A Fistful of Dollars followed the standard procedure in Italian Westerns of casting an American actor in the lead (usually either an unknown such as Richard Harrison or Jim Mitchum, a B-Western actor like Rod Cameron and Alex Nicol, or a former star who had seen better days such as Joseph Cotton). Leone originally attempted to obtain Henry Fonda for the role of “No Name”. He finally obtained Clint Eastwood after James Coburn and another exiled American actor, Richard Harrison, refused the role. Formerly known as Rowdy Yates in the long-running American television series Rawhide, willingly took on the challenges of his new role (not the least of which was the danger of permanent exile in the Italian film industry).
Although European Westerns had been around since the beginning of the silent era, recent German and Italian examples were strongly influenced either by their American counterparts or 19th century German writer Karl May who never went west of the Rhine in his Fenimore Cooper-influenced stories of Winnetou the Warrior and Old Shatterhand (often played by American actors such as Lex Barker). The Italian film industry also attempted to escape from these influences but the makers of films such as Massacre at Grand Canyon (Albert Band & Sergio Corbucci, 1963), Gunfight at Red Sands (Ricardo Blasco,1963), Bullets Don’t Argue (Mario Caiano, 1964) and Minnesota Clay (Sergio Corbucci, 1965) featuring American actors such as Jim Mitchum, Richard Harrison, Rod Cameron and Cameron Mitchell, tended to follow the Hollywood model. One exception was composer Ennio Morricone whose scores for Bullets Don’t Argue and Massacre at Red Sands gave the musical theme an equal prominence in the film. When Morricone collaborated with Leone on A Fistful of Dollars, he initiated one of the key aspects of the Italian Western – an operatic score heavily marking the genre as the “opera of violence”. In cinema of this period, perhaps only the collaboration of Alfred Hitchcock and Bernard Herrmann gave a comparably dominant place to the film score – a particularly appropriate development for a country associated with the grand opera of Verdi and others. (Puccini had written a western opera for the stage way back in 1910, The Girl of the Golden West.) Featuring the trumpet (perhaps indebted to Dimitri Tiomkin’s “Deguello” theme in Hawks’ 1959 Western Rio Bravo), Ennio Morricone developed the conventions of the Western score in new directions, most notably in the final gundown between hero and villain in a “corrida” setting, emphasising both suspense and violence. Furthermore, the whistling “leitmotif” associated with Eastwood was another of the conventions of grand opera that Morricone, along with other composers such as Gianni Ferrio, Bruno Nicolai, and Francesco Lavagnino, would later develop.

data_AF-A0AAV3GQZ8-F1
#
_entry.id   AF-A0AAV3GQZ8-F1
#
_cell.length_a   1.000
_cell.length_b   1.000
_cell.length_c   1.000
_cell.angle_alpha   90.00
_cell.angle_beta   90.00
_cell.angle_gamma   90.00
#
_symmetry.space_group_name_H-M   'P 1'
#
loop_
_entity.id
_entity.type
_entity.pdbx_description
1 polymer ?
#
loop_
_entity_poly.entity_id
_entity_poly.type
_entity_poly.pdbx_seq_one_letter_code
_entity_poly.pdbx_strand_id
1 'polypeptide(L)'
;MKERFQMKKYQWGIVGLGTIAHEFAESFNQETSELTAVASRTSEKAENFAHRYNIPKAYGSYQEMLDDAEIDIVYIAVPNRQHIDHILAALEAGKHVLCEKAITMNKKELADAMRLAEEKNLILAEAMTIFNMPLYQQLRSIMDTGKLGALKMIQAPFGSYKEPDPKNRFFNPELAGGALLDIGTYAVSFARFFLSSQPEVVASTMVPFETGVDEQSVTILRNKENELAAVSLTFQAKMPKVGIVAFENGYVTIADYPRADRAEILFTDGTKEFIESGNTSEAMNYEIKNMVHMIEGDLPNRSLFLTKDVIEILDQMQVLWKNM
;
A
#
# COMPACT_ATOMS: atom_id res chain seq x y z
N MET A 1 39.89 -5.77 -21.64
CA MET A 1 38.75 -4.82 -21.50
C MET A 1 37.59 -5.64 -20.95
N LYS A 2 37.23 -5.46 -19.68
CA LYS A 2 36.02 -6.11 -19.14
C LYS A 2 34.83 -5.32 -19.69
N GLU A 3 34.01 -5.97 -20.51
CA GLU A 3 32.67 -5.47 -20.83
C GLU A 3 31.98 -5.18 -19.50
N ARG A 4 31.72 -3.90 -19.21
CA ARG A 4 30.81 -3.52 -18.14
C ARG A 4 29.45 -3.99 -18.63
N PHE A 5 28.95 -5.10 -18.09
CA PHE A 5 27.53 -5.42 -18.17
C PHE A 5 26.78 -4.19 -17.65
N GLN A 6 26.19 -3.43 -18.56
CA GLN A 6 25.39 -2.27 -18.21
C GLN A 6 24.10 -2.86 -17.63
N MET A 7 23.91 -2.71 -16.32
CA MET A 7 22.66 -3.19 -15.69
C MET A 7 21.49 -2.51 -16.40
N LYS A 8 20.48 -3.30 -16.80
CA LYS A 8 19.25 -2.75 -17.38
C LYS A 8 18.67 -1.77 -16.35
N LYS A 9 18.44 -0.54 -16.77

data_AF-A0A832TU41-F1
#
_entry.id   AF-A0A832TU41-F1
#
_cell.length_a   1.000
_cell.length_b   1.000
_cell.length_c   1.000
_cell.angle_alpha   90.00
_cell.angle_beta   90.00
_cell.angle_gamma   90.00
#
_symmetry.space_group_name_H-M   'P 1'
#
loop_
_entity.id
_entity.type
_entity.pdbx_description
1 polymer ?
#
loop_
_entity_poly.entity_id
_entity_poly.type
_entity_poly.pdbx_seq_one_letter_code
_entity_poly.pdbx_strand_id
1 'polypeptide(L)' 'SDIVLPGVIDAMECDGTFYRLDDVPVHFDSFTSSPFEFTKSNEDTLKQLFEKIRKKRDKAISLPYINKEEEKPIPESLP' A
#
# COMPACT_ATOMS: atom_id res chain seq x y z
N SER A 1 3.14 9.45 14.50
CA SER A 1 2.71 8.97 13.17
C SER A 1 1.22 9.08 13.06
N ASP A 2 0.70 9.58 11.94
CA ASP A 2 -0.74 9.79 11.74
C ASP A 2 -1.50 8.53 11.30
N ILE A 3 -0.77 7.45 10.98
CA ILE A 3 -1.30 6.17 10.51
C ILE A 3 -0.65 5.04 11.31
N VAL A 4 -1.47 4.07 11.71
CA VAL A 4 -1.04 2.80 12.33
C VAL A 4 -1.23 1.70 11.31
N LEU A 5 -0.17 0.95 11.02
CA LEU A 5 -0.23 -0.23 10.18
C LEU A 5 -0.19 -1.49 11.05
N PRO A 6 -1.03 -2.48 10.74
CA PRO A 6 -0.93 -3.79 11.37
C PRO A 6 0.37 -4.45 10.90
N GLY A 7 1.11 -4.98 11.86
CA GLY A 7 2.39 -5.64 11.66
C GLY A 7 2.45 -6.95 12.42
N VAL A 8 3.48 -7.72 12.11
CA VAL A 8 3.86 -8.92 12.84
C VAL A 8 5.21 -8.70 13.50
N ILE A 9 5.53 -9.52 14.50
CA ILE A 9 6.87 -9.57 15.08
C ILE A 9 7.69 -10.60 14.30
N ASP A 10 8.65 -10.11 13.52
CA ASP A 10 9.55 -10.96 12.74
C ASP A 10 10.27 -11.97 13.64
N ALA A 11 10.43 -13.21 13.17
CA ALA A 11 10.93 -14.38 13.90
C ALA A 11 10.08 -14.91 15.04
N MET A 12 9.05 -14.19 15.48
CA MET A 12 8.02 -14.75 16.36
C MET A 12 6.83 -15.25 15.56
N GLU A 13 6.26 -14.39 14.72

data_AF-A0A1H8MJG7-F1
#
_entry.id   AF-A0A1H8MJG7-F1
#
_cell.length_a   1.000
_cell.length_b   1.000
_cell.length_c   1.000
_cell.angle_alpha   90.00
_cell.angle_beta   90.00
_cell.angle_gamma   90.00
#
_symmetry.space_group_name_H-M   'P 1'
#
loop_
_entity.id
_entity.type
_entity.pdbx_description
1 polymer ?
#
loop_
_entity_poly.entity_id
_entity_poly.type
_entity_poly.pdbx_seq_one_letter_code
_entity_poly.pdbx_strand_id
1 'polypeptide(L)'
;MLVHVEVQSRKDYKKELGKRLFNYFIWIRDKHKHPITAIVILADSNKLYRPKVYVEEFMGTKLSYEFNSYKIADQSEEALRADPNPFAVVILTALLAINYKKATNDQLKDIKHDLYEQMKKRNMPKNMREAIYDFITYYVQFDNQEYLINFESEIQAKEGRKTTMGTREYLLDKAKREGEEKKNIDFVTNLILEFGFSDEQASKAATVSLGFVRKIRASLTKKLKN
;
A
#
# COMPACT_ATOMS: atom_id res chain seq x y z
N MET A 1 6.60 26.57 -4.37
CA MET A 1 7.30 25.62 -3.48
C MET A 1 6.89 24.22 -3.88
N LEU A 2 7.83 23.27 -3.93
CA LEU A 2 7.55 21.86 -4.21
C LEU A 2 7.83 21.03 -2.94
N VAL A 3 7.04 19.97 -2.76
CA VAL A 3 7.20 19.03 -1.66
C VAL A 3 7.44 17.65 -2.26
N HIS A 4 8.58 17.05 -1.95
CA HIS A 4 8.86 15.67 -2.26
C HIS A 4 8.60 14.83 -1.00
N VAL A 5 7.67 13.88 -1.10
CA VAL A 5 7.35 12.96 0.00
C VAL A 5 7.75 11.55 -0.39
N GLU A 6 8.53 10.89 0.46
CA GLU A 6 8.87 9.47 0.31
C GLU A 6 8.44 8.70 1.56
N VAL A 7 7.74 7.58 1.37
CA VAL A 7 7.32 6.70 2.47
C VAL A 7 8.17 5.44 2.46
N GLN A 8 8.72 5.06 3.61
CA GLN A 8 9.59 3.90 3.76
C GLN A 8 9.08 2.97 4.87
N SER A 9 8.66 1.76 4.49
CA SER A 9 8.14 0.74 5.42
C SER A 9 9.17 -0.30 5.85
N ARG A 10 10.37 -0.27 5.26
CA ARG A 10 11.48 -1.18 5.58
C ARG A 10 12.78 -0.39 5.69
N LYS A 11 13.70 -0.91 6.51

Ironically, the producers of A Fistful of Dollars felt so insecure about the final product that they first attempted to pass it off as an American low-budget western by changing the names. Eastwood remained the same. But Gian Maria Volonté became Johnny Wels while veteran German actor Wolfgang Lukschy was now W. Lukschy. Director of photography Massimo Dallamano became Jack Dalmas, Morricone was now Dan Savio, and Leone (who wrote the screenplay with Duccio Tessari) became Bob Robertson. Nevertheless, the film became an overnight success in Rome. Following two years of careful publicity, it was acclaimed by American and British audiences but not by critics who regarded it as a violation of their cherished Hollywood formula. However, most critics changed their minds some twenty years later.